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Medicaid growth trims Nevada mental health costs

CARSON CITY — Medicaid expansion has dramatically reduced Nevada’s general fund costs for providing mental health services, state officials told a panel of lawmakers Wednesday.

Richard Whitley, administrator of the Division of Public and Behavioral Health said that before Medicaid expansion last year, only 23 percent of patients were Medicaid-eligible, requiring the state to pick up the cost for 77 percent.

As of January, those ratios have flipped, with 80 percent of the 12,000 patients receiving behavioral health care are now covered by Medicaid with the federal government picking up the costs.

Speaking before a joint meeting of the Senate Finance and Assembly Ways and Means committees, Whitley estimated that by the upcoming fiscal year the cost to the state general fund will drop from to $3.2 million from $10.5 million by maximizing cost allocation for behavioral health services.

Nevada is also on pace to add 47 forensic psychiatric beds at the Stein Hospital in Las Vegas, which is expected to be completed in September and remains a top priority for the division in the upcoming legislative session that begins Feb. 2.

The hospital will ease the wait time for inmates ordered by a judge to undergo a psychiatric evaluation to determine whether they are competent to stand trial. Currently, such exams are only done at Northern Nevada’s Lake’s Crossing in Sparks. About two-thirds of patients at Lake’s Crossing are from Southern Nevada.

The Clark County public defender’s office sued the state in 2013 over prolonged wait times to have clients evaluated. A settlement was reached last year requiring the state to cut wait times to two to three weeks.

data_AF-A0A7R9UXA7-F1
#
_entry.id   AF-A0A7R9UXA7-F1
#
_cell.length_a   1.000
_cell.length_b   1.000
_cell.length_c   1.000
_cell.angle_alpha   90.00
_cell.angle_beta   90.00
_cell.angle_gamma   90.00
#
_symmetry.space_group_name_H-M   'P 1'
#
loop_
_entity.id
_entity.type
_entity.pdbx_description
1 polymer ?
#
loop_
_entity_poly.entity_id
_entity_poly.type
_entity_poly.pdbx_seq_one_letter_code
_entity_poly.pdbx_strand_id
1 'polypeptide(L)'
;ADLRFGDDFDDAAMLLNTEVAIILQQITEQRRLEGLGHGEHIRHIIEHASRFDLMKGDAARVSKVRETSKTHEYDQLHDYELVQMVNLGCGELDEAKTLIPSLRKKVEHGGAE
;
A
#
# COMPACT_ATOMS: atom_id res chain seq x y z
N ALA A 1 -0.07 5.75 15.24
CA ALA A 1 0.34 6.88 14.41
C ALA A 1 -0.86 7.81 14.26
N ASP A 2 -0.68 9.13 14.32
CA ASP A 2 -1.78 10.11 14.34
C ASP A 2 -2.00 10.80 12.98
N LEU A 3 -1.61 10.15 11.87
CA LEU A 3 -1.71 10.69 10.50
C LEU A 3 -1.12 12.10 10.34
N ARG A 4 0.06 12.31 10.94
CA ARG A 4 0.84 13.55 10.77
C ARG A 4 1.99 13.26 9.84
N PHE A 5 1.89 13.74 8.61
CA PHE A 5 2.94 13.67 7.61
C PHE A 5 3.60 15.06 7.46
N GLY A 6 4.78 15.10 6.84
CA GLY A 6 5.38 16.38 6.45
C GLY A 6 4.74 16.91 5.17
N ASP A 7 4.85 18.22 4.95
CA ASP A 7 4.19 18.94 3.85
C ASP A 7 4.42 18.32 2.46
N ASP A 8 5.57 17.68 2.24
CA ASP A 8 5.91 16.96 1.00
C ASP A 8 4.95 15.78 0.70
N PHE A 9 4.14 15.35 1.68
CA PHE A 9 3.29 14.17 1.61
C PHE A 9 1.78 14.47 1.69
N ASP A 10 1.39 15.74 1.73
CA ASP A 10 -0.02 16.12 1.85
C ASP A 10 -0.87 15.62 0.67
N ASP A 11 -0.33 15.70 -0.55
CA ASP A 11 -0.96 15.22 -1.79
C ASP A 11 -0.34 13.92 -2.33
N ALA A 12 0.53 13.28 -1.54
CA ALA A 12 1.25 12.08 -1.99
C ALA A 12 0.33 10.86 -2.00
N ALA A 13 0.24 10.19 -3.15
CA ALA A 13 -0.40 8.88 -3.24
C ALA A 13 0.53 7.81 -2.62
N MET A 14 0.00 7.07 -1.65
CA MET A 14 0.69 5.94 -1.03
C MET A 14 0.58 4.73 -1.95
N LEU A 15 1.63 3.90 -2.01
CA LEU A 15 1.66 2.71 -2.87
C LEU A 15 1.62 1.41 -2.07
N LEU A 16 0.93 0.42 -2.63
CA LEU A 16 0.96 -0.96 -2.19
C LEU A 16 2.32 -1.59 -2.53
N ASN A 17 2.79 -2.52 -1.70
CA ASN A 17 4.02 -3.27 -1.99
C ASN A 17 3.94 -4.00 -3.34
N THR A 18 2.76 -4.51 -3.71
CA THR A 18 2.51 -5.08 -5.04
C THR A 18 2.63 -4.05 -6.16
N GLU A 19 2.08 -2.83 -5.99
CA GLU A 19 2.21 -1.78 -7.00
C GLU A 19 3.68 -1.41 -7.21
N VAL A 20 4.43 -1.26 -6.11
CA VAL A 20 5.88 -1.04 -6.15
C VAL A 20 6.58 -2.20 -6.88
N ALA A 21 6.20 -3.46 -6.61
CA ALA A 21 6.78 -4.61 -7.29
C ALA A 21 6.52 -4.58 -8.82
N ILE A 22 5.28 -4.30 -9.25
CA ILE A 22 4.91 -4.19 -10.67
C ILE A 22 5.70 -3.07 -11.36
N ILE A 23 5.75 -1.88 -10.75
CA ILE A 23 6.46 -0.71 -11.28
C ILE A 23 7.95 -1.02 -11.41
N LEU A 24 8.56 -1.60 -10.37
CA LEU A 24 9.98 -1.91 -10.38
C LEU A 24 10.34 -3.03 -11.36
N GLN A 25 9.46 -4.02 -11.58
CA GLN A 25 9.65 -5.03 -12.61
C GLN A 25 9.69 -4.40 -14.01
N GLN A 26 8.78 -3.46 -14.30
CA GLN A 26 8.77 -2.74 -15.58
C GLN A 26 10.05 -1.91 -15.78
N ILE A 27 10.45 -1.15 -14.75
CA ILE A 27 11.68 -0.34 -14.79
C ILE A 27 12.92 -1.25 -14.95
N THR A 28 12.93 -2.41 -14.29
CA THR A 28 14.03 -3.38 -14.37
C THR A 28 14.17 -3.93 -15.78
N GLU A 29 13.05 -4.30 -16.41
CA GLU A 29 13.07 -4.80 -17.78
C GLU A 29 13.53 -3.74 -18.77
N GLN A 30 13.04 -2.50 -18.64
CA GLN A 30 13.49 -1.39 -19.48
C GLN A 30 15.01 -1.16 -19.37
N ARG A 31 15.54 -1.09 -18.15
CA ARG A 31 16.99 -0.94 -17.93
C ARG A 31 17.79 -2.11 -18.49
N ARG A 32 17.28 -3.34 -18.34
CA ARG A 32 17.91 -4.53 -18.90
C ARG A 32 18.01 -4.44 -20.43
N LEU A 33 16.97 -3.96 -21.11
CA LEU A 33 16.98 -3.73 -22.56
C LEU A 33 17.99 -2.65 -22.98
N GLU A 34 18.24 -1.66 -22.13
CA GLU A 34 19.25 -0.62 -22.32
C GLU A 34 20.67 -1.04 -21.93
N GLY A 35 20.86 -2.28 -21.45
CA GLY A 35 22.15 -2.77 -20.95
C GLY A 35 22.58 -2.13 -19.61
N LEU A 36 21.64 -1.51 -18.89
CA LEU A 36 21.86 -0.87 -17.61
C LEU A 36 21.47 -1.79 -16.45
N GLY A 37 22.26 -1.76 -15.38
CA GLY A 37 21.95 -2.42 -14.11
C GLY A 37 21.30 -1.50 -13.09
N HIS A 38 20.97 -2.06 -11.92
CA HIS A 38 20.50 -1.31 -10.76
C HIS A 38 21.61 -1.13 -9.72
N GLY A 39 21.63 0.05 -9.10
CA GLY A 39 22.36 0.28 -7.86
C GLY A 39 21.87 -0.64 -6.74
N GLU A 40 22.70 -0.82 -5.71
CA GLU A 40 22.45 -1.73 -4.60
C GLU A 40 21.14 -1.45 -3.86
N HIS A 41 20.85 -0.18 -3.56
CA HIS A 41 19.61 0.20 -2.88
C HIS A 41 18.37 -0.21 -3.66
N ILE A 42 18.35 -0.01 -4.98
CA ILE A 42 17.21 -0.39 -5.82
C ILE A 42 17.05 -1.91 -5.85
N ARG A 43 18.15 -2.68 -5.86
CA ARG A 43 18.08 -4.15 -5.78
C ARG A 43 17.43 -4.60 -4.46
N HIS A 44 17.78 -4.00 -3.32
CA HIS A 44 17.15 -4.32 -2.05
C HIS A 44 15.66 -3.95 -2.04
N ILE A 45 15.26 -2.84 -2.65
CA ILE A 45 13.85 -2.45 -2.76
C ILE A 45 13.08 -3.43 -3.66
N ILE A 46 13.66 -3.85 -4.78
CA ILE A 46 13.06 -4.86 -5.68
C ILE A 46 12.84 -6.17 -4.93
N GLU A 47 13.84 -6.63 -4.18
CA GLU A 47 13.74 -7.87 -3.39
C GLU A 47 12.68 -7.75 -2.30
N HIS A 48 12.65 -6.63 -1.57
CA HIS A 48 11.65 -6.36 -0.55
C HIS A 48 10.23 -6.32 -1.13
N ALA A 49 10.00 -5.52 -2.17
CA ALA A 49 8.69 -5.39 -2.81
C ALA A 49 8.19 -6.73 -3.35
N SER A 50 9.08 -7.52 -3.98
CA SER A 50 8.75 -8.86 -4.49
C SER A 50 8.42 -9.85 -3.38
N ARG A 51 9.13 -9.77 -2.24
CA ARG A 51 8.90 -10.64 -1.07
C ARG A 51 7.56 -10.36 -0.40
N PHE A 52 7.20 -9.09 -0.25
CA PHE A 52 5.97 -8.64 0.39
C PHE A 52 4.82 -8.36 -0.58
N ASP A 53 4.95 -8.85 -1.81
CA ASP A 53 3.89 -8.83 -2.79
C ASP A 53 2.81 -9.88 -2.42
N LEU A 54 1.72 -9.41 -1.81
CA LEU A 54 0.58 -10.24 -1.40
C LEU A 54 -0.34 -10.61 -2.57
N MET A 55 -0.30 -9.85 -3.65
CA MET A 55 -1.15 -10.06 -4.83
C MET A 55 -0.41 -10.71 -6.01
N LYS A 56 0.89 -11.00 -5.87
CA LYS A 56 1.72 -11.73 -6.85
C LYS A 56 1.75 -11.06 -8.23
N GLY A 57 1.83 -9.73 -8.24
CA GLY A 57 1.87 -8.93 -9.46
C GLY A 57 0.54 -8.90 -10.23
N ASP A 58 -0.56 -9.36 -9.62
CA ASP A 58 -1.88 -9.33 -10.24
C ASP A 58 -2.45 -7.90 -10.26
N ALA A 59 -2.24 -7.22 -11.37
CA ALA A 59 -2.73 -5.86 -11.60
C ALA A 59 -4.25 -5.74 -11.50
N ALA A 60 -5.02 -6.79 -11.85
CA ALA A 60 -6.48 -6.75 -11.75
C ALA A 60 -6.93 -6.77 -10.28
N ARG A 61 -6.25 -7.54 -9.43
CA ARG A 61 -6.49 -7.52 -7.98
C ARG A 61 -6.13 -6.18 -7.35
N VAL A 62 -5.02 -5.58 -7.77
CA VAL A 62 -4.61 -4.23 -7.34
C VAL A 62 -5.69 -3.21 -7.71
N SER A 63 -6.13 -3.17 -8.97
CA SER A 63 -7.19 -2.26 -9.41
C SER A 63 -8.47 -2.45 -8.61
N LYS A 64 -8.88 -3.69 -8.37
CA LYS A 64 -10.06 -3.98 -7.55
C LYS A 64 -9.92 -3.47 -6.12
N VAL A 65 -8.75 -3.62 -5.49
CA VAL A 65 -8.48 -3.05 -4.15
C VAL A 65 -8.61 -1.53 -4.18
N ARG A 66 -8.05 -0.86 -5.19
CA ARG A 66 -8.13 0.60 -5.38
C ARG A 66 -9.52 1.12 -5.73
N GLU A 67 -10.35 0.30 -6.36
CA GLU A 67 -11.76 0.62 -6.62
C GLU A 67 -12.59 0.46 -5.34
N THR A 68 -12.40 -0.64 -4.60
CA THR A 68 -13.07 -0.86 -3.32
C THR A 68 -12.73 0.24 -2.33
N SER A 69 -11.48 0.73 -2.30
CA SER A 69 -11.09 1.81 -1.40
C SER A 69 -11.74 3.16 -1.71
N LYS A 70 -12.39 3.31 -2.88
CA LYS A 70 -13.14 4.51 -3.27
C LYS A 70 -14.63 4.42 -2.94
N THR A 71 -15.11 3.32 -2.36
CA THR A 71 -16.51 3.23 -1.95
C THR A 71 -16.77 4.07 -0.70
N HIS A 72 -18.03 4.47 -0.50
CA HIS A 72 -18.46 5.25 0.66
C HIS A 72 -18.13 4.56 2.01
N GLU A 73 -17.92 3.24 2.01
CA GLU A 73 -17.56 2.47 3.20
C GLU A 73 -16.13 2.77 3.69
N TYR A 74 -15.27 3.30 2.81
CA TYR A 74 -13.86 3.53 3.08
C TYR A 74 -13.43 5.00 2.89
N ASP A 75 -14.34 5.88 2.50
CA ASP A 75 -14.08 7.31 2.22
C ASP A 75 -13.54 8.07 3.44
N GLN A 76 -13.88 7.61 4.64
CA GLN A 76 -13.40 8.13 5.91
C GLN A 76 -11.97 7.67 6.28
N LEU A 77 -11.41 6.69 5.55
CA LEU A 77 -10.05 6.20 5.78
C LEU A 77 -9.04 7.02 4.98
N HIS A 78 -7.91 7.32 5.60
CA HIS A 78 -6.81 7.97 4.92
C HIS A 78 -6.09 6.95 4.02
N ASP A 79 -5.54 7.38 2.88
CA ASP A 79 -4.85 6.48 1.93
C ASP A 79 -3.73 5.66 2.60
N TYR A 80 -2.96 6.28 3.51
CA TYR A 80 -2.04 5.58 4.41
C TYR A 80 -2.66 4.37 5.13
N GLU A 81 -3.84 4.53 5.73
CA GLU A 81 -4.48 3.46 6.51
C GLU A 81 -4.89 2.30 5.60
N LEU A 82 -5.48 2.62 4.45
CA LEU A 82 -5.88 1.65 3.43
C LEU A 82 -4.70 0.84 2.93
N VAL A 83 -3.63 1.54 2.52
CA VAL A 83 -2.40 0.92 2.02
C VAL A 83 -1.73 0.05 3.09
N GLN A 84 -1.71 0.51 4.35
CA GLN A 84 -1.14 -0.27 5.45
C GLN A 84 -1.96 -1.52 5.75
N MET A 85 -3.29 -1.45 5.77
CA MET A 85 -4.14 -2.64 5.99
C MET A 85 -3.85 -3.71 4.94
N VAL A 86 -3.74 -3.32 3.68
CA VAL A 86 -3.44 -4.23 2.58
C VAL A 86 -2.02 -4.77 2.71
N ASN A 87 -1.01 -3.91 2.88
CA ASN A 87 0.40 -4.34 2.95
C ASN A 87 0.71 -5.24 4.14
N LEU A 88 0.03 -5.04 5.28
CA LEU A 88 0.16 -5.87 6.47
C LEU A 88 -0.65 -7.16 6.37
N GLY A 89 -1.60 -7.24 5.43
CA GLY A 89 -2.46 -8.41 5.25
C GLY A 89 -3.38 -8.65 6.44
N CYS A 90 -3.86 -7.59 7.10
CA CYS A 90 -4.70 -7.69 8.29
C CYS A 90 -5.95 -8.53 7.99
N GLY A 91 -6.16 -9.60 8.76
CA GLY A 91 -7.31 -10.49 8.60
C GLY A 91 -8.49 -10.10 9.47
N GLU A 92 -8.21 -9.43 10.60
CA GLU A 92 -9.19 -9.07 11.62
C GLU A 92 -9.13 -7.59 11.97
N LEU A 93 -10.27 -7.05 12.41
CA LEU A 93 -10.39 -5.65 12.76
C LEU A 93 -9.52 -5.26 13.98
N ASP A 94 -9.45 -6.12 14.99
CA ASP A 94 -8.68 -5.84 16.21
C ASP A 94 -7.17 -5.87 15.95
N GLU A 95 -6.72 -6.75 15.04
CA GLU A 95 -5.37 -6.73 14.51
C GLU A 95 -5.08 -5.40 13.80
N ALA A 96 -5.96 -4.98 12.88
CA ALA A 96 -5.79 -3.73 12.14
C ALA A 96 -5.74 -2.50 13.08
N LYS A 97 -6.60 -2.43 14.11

The new beds in Las Vegas will further reduce the time to about seven days and also save on the expense of flying inmates back and forth, officials said.

Because Stein Hospital is certified by the Centers for Medicaid and Medicare Services, the state will be able to seek reimbursement from the federal government for Medicaid-eligible inmates, further reducing costs.

Sandoval’s general fund budget includes $9 million next year and $11.5 million in 2017 for Stein Hospital. Most of those expenses will be to hire staff, Whitley said.

The division, which also oversees Nevada’s medical marijuana program, also told lawmakers that the first medical pot dispensaries could be operating this spring.

A survey sent to state-authorized medical marijuana providers showed six testing labs expect to open by the end of February, while 26 cultivation, 15 production and 19 dispensaries expect to open by the end of April.

As of December, there were 8,542 people in Nevada’s medical marijuana registry. The division projects that number will jump to more than 11,000 by June and nearly double again in two years.

Contact Sandra Chereb at schereb@reviewjournal.com or 775-687-3901. Find her on Twitter: @SandraChereb.

 

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